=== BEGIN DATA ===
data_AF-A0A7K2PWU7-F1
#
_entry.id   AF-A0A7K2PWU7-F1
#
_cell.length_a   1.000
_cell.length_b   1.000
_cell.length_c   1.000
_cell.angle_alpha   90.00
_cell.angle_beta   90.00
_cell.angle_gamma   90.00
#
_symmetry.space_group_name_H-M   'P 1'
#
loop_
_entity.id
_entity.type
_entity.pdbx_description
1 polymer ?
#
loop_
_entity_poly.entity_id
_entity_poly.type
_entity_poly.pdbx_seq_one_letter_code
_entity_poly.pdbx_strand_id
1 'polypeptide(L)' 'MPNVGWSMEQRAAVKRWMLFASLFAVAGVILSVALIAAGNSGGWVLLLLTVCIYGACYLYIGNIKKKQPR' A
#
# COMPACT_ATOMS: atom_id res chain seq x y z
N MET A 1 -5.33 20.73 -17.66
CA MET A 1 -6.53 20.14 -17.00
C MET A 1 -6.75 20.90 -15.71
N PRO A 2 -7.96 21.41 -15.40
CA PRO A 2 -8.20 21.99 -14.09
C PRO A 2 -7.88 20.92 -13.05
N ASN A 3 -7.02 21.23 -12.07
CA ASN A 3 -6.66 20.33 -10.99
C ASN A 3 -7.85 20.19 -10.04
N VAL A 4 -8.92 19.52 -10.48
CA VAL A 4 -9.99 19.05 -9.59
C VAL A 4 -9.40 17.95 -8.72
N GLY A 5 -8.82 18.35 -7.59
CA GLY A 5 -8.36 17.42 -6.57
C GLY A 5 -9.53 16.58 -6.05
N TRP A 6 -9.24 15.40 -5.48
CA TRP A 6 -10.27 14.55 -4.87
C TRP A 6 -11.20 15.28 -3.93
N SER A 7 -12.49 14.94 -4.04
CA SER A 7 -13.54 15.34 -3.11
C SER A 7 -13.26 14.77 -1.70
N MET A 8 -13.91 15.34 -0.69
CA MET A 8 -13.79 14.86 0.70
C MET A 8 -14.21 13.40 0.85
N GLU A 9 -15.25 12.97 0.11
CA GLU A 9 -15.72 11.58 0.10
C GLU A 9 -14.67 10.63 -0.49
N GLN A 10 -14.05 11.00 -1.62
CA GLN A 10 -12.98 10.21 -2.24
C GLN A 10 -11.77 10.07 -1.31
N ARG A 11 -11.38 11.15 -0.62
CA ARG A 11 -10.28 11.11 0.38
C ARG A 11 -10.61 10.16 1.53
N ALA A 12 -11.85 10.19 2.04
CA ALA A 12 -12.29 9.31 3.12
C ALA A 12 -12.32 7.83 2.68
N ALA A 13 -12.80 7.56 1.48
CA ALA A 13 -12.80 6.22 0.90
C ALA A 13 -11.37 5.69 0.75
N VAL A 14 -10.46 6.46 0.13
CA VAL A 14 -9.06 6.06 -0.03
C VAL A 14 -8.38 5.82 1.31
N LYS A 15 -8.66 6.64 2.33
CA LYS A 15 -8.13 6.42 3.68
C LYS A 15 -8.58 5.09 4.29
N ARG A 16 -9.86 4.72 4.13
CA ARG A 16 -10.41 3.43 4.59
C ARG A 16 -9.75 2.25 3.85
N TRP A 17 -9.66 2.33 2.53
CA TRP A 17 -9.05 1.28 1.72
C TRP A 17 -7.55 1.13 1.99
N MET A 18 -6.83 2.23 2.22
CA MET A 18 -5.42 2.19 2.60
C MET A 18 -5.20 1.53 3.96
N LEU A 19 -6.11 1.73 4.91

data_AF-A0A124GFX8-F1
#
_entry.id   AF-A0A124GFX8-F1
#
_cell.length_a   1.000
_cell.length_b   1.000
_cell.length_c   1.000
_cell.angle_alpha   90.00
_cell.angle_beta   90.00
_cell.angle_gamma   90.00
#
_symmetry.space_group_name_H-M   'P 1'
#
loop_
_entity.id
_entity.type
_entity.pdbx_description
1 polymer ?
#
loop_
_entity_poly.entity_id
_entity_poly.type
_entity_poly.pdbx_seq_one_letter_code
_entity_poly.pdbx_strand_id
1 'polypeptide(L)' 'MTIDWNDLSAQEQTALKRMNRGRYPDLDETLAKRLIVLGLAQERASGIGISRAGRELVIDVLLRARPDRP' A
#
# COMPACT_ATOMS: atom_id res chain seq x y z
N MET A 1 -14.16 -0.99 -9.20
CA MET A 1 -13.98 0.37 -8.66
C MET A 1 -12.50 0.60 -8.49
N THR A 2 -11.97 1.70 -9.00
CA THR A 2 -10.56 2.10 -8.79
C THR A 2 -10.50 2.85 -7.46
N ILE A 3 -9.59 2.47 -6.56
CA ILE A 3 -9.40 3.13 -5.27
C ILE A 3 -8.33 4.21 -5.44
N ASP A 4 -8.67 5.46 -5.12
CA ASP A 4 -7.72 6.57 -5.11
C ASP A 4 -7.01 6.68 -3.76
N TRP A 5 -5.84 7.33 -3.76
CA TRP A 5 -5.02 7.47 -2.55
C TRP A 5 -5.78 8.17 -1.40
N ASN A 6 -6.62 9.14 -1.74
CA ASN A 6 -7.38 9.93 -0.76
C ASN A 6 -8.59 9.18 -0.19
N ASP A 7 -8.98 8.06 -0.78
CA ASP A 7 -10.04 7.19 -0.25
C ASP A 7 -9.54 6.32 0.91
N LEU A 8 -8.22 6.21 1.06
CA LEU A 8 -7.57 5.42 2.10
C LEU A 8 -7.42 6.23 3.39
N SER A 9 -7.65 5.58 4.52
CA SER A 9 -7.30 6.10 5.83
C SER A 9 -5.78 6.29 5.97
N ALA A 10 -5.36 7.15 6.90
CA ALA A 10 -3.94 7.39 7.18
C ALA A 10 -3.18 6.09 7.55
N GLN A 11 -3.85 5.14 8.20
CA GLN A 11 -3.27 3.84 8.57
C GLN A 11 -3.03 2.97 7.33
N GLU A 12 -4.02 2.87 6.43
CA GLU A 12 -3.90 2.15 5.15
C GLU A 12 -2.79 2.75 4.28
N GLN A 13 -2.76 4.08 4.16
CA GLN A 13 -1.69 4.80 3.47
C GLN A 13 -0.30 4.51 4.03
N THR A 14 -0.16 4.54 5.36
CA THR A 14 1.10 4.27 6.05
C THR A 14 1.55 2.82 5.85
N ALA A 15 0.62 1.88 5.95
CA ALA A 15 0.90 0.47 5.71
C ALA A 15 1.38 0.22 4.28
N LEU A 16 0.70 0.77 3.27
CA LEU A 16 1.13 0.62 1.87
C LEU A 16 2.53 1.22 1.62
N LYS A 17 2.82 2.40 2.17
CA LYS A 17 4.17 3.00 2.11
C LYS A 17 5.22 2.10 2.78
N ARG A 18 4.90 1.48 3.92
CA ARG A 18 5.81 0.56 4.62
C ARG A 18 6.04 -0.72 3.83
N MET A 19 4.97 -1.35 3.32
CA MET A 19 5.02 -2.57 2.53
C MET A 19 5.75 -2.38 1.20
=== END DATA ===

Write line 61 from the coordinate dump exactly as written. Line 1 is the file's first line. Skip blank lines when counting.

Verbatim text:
N ALA A 12 -11.85 10.19 2.04